“Oh, I wasn’t hoping to interview Mr. Olson.” Sam held up his hands as if to show himself innocent of such notions. “I only hoped to have a closer look at a few of the paintings that you two have at your house. I’m specifically interested in the blue landscape in the atrium. It is such an amazing piece. Ever since I saw it three years ago it’s been on my mind.”
“Haunting you?” Peter asked. He couldn’t help it.
“In a way yes,” Sam said, apparently in complete seriousness. “I would be so grateful if you would just let me have another look at it.”
Peter weighed the request. Although it would annoy Nick to have someone in the house, maybe if Sam could publicize the painting there might be enough interest in it that Nick would finally auction the thing off.
After that Peter could hire an exorcist and at last the spirit of Walter could be laid to rest. He could just picture it: a tall, thin man in a priest’s collar standing before his house, The Castle at Wildcat Cove, eyes pressed closed, whispering in Latin…
For an instant, Peter nearly succumbed to his long-standing bad habit of writing the scene out in his head, but Sam had already gathered up his things and started for the door.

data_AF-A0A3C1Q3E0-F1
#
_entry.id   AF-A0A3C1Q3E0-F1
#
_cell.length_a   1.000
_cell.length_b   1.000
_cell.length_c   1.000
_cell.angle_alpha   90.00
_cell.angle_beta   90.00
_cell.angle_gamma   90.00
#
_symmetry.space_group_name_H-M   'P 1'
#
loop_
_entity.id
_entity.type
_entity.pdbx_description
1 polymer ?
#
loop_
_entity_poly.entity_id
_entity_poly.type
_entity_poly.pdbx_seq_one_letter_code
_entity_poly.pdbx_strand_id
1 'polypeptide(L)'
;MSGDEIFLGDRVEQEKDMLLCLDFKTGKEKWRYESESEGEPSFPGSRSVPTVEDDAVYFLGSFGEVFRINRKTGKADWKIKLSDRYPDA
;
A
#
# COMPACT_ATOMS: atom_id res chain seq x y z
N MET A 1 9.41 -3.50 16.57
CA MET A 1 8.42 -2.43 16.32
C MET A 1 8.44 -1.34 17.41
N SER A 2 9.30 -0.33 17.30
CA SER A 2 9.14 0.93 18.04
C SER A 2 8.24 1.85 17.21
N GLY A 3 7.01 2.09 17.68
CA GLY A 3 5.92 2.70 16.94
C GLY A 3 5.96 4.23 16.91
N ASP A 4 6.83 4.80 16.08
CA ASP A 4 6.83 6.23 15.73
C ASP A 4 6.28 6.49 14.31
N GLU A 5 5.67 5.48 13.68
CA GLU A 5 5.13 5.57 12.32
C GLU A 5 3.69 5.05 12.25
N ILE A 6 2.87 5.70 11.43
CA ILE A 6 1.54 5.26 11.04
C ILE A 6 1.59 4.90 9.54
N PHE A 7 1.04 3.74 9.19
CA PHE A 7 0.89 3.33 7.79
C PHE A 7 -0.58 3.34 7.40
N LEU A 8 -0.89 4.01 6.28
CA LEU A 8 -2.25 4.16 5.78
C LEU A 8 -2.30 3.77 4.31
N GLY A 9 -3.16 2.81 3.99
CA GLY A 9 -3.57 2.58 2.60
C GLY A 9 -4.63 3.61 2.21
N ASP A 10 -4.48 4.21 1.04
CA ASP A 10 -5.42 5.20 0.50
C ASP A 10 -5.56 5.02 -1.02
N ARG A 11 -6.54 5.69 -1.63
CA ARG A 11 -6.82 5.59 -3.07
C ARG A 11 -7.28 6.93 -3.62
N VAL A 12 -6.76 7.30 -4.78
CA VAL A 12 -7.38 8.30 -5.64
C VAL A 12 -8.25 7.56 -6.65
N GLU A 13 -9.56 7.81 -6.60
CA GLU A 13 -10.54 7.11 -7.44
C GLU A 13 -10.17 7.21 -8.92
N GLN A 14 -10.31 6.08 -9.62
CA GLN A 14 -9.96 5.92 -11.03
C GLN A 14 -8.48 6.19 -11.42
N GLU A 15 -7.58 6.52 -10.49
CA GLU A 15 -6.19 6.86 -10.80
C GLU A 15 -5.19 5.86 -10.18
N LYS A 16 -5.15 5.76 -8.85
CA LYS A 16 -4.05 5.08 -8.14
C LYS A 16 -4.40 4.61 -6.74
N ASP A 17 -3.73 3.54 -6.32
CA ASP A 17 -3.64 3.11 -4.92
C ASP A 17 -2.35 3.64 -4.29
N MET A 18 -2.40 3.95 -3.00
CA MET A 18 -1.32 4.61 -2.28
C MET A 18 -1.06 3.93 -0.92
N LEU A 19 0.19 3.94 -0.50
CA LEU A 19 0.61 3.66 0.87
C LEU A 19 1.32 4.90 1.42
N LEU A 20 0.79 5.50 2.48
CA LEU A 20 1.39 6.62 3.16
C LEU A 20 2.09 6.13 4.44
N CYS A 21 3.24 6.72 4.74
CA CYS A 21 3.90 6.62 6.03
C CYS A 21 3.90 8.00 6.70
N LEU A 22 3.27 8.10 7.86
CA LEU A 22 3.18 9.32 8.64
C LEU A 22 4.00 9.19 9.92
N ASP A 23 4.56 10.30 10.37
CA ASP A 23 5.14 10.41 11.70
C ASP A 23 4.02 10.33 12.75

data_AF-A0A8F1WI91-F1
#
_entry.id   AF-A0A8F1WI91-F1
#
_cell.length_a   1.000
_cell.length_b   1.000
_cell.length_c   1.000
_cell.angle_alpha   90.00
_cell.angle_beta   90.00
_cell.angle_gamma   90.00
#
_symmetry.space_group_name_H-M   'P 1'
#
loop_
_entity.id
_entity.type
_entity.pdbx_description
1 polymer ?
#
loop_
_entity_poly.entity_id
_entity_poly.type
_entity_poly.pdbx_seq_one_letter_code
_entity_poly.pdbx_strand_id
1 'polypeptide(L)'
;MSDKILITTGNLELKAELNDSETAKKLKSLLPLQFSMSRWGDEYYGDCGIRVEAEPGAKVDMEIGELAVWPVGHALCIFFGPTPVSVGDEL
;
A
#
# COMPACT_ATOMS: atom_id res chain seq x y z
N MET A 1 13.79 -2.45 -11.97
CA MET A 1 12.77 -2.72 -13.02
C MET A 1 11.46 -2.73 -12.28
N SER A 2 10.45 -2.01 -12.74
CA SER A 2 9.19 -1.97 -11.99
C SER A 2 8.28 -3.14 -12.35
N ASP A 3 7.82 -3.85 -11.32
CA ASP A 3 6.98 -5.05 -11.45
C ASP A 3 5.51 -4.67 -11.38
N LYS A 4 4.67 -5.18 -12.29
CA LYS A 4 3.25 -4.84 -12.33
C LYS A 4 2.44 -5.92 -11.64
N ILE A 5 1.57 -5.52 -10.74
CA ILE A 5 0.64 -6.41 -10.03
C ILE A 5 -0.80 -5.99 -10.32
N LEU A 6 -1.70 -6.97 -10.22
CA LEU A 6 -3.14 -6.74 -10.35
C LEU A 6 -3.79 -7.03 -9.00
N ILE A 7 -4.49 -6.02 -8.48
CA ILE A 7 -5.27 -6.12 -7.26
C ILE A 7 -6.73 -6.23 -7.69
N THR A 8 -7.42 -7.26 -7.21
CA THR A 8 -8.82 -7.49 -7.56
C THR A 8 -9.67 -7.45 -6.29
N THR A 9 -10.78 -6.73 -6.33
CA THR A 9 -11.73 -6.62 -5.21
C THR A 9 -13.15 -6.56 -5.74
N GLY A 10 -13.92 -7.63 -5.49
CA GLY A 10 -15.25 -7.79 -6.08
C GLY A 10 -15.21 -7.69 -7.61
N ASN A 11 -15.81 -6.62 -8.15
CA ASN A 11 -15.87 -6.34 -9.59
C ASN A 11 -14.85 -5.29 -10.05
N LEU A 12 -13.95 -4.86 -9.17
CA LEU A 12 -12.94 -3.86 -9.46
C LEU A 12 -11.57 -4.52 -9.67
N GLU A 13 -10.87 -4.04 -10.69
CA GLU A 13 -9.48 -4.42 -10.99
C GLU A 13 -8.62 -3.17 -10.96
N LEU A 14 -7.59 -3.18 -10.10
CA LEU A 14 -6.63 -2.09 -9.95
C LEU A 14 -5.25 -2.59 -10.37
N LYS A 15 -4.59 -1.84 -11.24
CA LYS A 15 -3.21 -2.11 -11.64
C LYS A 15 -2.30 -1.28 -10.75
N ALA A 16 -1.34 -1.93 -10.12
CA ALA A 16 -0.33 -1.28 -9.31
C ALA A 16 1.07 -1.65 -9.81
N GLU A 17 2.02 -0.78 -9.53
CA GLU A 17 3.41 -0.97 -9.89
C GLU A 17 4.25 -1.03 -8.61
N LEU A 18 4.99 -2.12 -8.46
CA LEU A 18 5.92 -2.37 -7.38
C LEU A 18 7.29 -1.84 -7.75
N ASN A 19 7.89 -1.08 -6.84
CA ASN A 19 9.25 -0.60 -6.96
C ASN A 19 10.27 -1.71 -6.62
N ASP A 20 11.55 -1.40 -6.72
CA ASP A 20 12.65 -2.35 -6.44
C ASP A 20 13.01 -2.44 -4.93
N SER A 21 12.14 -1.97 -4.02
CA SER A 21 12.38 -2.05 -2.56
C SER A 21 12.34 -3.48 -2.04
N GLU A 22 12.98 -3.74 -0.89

“Is it all right if we take my car?” he was saying.
That took a moment for Peter to process. Finally, feeling stupid, he said, “You want to go now?”
“If you’re free,” Sam returned. Peter glanced across the office at his editor, Doug who had been observing the entire exchange. Doug gave a silent shrug, which Peter interpreted as a go-ahead.
“Let me just take a leak before we head out,” Peter said. Sam magnanimously agreed to wait in the car while Peter took the opportunity of the single men’s room stall to fact-check Sam’s story.
Years ago, before he’d met Nick, and taken up amateur sleuthing he’d have just taken the man home on the strength of his handshake alone. But experience had made him wary of just getting into the car with random strangers, well-dressed or not.
Sam Power’s webpage was everything Peter would have wanted for his own. Clear, organized, full of stylish fonts and praise about his writing from the New York Times and the Guardian. It also contained a full bibliography of Sam’s titles, three of which involved crimes that were related to the art world.